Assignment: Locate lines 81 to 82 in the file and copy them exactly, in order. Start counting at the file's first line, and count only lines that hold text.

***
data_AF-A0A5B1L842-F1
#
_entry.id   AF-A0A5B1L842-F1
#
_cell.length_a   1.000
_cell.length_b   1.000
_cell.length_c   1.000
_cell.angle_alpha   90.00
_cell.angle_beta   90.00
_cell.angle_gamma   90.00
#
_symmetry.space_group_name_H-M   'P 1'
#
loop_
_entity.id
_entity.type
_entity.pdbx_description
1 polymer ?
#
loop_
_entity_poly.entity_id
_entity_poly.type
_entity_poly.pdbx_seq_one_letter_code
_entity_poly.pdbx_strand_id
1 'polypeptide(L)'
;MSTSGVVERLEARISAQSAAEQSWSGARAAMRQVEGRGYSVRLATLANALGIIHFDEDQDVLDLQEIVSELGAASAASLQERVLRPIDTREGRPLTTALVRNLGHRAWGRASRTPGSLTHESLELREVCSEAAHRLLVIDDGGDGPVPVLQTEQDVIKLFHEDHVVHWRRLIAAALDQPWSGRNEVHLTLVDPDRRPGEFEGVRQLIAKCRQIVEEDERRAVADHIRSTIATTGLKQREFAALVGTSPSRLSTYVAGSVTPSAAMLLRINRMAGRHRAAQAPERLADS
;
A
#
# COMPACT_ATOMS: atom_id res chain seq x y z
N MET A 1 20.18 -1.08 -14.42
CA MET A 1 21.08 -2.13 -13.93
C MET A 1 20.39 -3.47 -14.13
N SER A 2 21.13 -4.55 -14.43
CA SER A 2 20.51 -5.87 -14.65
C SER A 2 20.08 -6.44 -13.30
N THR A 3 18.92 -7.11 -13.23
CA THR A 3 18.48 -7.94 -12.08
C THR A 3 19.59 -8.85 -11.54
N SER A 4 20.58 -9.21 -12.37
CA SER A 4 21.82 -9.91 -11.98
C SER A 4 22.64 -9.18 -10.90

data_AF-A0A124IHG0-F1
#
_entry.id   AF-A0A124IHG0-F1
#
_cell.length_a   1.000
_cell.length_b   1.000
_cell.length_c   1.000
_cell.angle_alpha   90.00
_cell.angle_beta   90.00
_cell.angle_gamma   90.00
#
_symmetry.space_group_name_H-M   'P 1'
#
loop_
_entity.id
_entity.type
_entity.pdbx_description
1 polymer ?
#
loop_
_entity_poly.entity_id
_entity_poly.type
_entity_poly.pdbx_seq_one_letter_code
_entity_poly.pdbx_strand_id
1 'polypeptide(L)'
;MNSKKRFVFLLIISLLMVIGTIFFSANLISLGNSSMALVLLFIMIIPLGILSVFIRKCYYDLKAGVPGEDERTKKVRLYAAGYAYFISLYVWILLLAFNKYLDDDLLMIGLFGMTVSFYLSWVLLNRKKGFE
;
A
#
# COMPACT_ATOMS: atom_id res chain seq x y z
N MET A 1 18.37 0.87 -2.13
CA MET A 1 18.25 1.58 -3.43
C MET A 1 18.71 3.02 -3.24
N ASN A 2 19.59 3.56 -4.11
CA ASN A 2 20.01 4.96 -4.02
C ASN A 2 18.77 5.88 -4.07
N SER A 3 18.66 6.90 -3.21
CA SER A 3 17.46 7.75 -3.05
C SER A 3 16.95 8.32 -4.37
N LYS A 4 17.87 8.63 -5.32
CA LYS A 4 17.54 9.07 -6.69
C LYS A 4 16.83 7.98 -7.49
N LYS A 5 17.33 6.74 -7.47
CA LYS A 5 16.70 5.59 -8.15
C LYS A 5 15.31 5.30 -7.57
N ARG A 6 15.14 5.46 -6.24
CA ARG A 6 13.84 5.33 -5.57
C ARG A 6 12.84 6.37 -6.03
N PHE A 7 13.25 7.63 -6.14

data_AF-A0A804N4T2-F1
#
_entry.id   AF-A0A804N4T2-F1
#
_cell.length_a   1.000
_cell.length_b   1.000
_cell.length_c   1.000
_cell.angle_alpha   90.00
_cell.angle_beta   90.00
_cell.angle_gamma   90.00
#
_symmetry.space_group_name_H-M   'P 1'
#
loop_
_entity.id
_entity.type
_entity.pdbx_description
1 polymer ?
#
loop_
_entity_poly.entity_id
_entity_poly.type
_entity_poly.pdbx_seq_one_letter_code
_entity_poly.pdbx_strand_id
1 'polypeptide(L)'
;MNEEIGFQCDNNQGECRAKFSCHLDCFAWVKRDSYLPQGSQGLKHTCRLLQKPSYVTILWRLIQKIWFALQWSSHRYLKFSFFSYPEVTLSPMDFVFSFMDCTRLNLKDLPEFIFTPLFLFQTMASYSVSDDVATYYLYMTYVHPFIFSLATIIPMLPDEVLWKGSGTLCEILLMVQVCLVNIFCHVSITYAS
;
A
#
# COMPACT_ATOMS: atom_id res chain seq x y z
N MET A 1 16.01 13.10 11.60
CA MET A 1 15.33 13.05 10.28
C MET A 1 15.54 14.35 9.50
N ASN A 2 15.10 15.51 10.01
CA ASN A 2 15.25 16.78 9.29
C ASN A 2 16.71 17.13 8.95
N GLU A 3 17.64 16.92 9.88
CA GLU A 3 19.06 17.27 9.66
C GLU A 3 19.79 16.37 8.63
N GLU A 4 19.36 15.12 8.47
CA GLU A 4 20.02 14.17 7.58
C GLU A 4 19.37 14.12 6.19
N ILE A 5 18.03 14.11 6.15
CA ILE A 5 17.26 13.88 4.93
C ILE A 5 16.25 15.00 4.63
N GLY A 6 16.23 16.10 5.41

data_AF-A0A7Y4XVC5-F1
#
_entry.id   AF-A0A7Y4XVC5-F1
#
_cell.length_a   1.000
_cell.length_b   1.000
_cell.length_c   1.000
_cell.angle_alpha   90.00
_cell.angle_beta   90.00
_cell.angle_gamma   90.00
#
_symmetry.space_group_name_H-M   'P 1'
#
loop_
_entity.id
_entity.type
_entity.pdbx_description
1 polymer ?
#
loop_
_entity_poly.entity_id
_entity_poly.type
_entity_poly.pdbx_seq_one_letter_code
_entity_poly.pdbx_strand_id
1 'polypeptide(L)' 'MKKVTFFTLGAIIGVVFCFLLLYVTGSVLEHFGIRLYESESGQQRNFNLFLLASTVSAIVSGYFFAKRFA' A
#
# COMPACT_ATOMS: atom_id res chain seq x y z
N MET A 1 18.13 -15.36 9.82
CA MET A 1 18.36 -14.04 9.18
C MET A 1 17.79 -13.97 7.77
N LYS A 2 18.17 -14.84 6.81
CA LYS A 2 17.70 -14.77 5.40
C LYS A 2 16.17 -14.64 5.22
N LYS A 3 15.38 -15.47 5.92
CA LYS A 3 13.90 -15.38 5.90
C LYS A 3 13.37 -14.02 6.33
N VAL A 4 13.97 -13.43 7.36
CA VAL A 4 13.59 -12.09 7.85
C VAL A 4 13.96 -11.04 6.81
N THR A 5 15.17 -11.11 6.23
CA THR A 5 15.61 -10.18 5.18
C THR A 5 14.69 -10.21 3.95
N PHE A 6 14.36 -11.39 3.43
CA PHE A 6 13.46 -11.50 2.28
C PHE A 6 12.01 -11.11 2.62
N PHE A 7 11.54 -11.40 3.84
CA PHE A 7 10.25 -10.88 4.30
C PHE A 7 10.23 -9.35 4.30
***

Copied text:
C SER A 3 16.95 8.32 -4.37
N LYS A 4 17.87 8.63 -5.32